Hack days: how mobile agencies can jumpstart innovation ahead of the wearable tech wave

As wearable technologies blink, bleep and vibrate at the threshold of the mainstream, forward-thinking agencies are getting hands-on ahead of a hands-free world. Sam Scott got to grips with wearable at one such agency – Somo – as part of a hack day.

“Why are we hacking?” asks Naji El-Arifi, product innovation manager at London-based mobile agency Somo, during a hack day at the company’s offices. Addressing the agency’s employees, El-Arifi says the hack day is designed to allow staff the opportunity to get to grips with new and emerging technologies, “so we don’t have to wait for a client to come to us and say, ‘how can we do something with X device’, because we already know.“These hack days are about jumpstarting innovation,” he adds.If indications from CES 2014, held in Las Vegas last month, are anything to go by, wearable devices are set to transform mobile technology. And while aesthetic aversion and technical factors such as poor battery life may be holding the wave at bay, some agencies insist on seeing past current hang-ups.

Somo Hack Day

Several agencies are investing their imagination and technical ability in this field, and many run internal ‘labs’ where their technologists can master cutting edge gadgets. Within these digital playrooms they are encouraged to push the devices, and their own creativity, to the limits. Somo was one of the first UK agencies to get its hands of Google Glass – it now has six pairs to playwith. “The first time we hacked Glass, we went from zero hours of experience to 250 hours between us. So it’s an incredible surge of knowledge that happens when we do hack days,” says El-Arifi.It’s also a way for agencies to show that they’re head of the curve. Somo publishes videos of its hacks, which generate dialogue with clients who want a piece of their expertise. “So it’s not only our knowledge that gets increased, its great for business as well,” El-Arifi adds.The hack days aren’t just for developers and programmers either, they’re as inclusive as possible in order to welcome the non-technical members of staff to explore the headlines in more depth. “A lot of our employees will otherwise never get to work on a Pebble, for example. So we use these days to let them see what their limitations and advantages are”.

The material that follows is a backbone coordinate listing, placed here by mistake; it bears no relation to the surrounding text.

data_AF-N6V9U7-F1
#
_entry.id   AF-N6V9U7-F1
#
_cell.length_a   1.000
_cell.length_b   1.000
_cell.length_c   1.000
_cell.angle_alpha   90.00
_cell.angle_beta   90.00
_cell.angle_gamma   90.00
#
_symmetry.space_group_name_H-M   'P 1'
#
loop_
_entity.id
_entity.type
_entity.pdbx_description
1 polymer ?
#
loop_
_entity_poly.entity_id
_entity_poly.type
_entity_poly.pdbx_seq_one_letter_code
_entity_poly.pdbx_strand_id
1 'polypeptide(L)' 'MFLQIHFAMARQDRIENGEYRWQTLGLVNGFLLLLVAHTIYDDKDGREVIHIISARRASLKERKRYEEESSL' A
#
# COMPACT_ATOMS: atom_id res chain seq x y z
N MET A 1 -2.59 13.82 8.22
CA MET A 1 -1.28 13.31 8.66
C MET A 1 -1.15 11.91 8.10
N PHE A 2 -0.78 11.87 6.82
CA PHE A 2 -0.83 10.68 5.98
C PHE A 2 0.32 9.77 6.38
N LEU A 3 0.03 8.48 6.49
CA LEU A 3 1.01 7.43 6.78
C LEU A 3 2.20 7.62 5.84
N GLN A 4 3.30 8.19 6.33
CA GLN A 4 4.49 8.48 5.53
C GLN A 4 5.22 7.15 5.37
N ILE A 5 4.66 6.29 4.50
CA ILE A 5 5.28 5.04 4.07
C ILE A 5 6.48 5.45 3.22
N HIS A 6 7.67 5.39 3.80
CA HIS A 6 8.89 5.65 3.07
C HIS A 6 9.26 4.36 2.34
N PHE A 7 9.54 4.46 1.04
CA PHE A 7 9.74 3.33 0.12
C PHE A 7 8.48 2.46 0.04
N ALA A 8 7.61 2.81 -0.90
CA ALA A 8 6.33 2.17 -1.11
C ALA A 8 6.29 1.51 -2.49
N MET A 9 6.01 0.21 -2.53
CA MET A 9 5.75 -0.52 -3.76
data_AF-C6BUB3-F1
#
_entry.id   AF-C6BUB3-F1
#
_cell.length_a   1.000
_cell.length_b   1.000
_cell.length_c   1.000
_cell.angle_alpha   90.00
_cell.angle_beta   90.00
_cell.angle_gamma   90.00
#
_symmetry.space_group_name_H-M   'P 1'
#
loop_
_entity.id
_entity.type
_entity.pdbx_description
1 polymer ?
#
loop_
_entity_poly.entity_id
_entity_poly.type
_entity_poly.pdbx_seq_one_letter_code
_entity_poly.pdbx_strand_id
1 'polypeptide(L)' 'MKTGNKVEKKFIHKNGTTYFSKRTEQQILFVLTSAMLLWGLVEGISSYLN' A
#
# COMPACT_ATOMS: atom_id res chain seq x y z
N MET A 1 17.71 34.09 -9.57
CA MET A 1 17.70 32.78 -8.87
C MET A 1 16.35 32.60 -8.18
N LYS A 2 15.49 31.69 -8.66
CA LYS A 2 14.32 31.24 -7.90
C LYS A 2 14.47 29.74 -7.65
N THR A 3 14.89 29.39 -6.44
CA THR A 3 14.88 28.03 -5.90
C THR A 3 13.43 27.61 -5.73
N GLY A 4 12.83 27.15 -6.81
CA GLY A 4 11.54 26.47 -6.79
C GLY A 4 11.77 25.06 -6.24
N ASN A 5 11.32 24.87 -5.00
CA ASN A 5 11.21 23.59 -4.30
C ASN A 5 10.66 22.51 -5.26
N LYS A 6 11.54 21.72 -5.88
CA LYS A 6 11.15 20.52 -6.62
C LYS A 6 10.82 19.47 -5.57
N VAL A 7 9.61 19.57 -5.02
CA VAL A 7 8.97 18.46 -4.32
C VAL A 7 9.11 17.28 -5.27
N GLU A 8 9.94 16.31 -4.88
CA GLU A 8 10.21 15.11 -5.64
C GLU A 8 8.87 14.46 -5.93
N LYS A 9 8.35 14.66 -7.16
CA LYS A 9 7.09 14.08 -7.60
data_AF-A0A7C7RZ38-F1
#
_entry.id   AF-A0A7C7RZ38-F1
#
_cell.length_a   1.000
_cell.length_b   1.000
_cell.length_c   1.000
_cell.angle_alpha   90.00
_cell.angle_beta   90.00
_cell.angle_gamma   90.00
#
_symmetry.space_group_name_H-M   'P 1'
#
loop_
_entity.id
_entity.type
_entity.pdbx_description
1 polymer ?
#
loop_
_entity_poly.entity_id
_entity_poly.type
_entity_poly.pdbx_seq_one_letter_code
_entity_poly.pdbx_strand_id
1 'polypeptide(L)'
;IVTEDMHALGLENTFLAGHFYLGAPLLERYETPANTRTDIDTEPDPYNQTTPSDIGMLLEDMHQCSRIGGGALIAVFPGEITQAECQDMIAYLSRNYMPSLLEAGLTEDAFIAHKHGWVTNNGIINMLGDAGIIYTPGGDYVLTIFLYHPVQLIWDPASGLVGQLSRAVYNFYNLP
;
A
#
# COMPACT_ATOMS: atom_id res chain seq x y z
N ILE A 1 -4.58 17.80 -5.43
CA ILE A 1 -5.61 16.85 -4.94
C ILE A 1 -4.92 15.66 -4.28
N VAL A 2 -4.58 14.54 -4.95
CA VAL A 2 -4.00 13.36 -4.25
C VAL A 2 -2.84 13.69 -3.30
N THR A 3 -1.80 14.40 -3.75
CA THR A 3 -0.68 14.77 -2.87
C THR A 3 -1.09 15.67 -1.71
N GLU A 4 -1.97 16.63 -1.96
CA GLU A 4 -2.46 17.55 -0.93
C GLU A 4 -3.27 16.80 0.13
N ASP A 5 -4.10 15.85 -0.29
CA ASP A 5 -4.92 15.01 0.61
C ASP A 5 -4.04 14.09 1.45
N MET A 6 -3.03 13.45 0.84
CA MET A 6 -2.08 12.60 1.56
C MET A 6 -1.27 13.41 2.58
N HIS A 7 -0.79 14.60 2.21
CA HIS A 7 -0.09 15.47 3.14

Somo Hack Day

The Somo staff were asked to brainstorm information related problems in the retail, enterprise and health sectors that could find a solution in wearable technology, with the aim of proving a user journey by the end of the day.A space has opened up for the commercial and industrial applications of wearable technology across multiple sectors. According to El-Arifi, retail is perfectly suited to accommodate the devices, even Google Glass. “Retail is a key area for wearable because who cares what you look like. You’re at work and you need information right now, while also needing to keep your hands free”.The promise of wearable technology is multifaceted. The smartphone is still an all-but-essential component of most wearable systems, either as a computer that stays in the pocket sending notifications to a satellite device elsewhere on the body, or as the screen where information created by the wearable is viewed.Perhaps the key appeal of wearables, from watches to glasses and everything in between, is the hands-free factor. Wearables can provide access to information without the need to check your handset and divert much attention away from what you’re doing.

Somo Hack Day

But one outcome of Somo’s hack day was a greater appreciation that there are major limitations to each device.Throughout the day one team was working on using Google Glass as a display linked to a heart rate monitor. A member of the team suggested that the monitor could display a cartoon character running away to encourage the user to speed up and catch him when their heart rate drops. “But glass is not that graphic”, someone else adds, “the visuals are more ambient than immersive, its not supposed to augment reality like that. And in terms of matching the music to heart rate, the sound on Glass is terrible”.It’s these moments that the hack day was intended to create. Knowing the limitations of the available tech is important not only because it corrects false assumptions but because it caninspire new ideas.“We want to make sure that our knowledge is credible so we can lead the industry. We don’t want to be sitting back waiting for the client to tell us stuff. And this is one of the ways we get to push things forward,” says El-Arifi.

Get the Newsletter

Keep up to date with the latest news and insights.

Subscribe

Sam Scott

Sam is The Drum's assistant publisher.

All by Sam